“Not Your Grandfather’s Constitution”

WHAT ARE THE FACTS?

by Don Fredrick, ©2012, blogging at The Obama Timeline

(Apr. 10, 2012) — Ever since the question of Obama’s eligibility to serve as president has come up, his supporters have argued that the term “natural born citizen” means nothing more than having been born on U.S. soil. “Obama was born in Hawaii,” they declare, “so he is eligible to serve as president.” Needless to say, millions of Americans suspect that Obama was not born in Hawaii but, even if he was, he cannot legally serve as president. Why? Because the U.S. Constitution says so.

Article II, Section 1, Clause 5 reads as follows:

“No Person except a natural born Citizen, or a Citizen of the United States, at the time of the Adoption of this Constitution, shall be eligible to the Office of President; neither shall any Person be eligible to that Office who shall not have attained to the Age of thirty five Years, and been fourteen Years a Resident within the United States.”

Highlighted in red is the “grandfather clause.” That text supports the argument that “natural born citizen” means something more than simply having been born on the nation’s soil. If “born on native soil” is sufficient to make one eligible to serve as president (assuming attainment of age 35 and 14 years of residency), then the grandfather clause serves no purpose. That is, the text would simply read:

“No Person except a natural born Citizen, shall be eligible to the Office of President; neither shall any Person be eligible to that Office who shall not have attained to the Age of thirty five Years, and been fourteen Years a Resident within the United States.”

A few minutes of thought makes it obvious that the grandfather clause was necessary because there were no natural born citizens at the time the Constitution was drafted in 1789. George Washington, for example, was merely a “born citizen” or “native born citizen.” He was certainly born on native soil—in Virginia in 1732—but his parents were, of course, not U.S. citizens. They were citizens of Great Britain.

Note that earlier drafts of the Constitution read:

“No Person except a born Citizen, shall be eligible to the Office of President; neither shall any Person be eligible to that Office who shall not have attained to the Age of thirty five Years, and been fourteen Years a Resident within the United States.”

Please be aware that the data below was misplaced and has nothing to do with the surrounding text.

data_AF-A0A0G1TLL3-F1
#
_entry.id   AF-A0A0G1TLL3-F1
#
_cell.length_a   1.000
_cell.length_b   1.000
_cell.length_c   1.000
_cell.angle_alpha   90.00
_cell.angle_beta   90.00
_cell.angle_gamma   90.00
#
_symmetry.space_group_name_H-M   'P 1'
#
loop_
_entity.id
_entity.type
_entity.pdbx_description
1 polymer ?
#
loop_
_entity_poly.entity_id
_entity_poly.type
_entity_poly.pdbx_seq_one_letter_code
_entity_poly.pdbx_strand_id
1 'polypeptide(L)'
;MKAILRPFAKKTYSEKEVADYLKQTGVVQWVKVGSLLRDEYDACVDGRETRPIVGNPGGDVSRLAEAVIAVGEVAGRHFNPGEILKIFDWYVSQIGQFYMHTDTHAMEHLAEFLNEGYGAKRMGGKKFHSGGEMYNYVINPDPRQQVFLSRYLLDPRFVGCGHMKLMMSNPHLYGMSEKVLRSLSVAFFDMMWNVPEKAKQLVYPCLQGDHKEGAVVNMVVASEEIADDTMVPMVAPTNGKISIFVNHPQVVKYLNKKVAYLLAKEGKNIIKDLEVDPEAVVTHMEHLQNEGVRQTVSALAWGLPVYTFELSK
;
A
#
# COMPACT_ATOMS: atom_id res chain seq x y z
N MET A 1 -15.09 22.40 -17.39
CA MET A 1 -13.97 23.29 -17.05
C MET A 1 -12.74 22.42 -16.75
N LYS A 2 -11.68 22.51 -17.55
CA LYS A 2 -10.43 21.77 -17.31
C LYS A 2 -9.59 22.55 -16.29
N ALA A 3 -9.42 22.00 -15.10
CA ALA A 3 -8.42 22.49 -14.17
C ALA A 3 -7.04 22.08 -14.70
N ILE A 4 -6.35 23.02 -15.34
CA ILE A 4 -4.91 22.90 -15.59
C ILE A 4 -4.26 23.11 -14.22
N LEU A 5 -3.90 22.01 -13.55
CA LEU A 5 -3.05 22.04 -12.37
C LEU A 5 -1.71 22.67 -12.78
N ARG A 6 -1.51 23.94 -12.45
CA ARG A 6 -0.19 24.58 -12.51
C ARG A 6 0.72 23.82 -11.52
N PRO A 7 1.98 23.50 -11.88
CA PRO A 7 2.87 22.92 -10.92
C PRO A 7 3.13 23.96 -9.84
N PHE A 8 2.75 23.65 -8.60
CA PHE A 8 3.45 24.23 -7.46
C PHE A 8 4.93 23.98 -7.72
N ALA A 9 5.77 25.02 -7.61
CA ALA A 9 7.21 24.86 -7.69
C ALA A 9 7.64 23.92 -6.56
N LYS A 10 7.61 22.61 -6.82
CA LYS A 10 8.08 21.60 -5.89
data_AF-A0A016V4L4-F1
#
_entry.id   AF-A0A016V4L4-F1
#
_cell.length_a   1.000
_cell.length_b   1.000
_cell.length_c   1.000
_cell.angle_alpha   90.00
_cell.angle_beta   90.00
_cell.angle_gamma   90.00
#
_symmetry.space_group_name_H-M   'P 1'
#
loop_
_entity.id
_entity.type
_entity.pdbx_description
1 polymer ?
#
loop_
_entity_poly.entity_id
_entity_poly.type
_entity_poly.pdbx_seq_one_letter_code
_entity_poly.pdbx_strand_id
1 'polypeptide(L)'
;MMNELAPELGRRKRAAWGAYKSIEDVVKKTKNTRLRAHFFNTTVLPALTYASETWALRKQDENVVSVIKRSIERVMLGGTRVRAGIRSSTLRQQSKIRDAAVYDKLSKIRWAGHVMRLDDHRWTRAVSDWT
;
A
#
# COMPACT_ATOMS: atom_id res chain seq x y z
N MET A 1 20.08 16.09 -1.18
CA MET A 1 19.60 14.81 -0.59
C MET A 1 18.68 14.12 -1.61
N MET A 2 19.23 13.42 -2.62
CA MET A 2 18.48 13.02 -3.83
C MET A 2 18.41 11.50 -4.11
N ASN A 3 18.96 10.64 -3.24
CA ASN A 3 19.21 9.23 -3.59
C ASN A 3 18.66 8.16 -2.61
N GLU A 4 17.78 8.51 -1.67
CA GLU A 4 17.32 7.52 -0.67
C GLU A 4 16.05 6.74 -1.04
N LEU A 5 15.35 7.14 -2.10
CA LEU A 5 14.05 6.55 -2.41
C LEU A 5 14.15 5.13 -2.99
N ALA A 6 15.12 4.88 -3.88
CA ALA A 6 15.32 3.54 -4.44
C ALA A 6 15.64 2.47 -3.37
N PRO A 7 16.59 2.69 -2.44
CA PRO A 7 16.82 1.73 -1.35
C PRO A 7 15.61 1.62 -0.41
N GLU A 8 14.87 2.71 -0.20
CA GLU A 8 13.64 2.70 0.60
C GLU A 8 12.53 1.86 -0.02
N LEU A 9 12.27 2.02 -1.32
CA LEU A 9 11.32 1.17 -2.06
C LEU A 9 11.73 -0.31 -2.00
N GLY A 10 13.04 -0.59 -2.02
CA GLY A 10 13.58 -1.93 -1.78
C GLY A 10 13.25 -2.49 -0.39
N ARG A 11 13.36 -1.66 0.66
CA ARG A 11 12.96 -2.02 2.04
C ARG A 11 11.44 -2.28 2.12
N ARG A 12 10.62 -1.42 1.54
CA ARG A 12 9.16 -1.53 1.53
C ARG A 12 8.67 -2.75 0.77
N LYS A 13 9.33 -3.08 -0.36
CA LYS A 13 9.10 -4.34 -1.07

The grandfather clause was not included because it was not necessary. The term used was “born citizen,” or born on native soil. Because the citizenship of one’s parents is irrelevant to the term “born citizen,” the grandfather clause was not needed in those earlier drafts.

John Jay then wrote to George Washington and requested that the presidential eligibility requirement be made more strict by prohibiting persons born with “divided loyalties” from serving as president. Although members of Congress needed only to be generic citizens, Jay felt that presidents should be held to a higher standard. His concern was that the president was also commander-in-chief of the new nation’s armed forces and he engaged in foreign policy. A person with divided loyalties who managed to get elected to the Senate or the House of Representatives would be far less dangerous in that position than if he were president, because his vote would be only one among many in Congress. But as commander-in-chief of the armed forces and director of foreign policy, the president needed to be without divided loyalties. Jay argued that an individual born on U.S. soil to citizen parents would be further removed from loyalties to another nation. Washington and others agreed, and James Madison modified the Constitution, changing “born Citizen” to “natural born Citizen.”

But that change, of course, caused a problem: There were no natural born citizens age 35 or older in 1789. Anyone that age would have been born to parents who were not, at the time of their child’s birth, U.S. citizens. Their parents would have been citizens of Great Britain (or France, or Germany, etc.). No one, including George Washington, John Adams, Thomas Jefferson, and James Madison, could therefore have served as President of the United States. Unless the nation was to go without a president for decades—while it waited for children to be born to U.S. citizen parents and reach age 35—the text had to be modified. Hence, the “grandfather clause” was added to the presidential eligibility requirement: “or a Citizen of the United States, at the time of the Adoption of this Constitution.” The final text read:

“No Person except a natural born Citizen, or a Citizen of the United States, at the time of the Adoption of this Constitution, shall be eligible to the Office of President; neither shall any Person be eligible to that Office who shall not have attained to the Age of thirty five Years, and been fourteen Years a Resident within the United States.”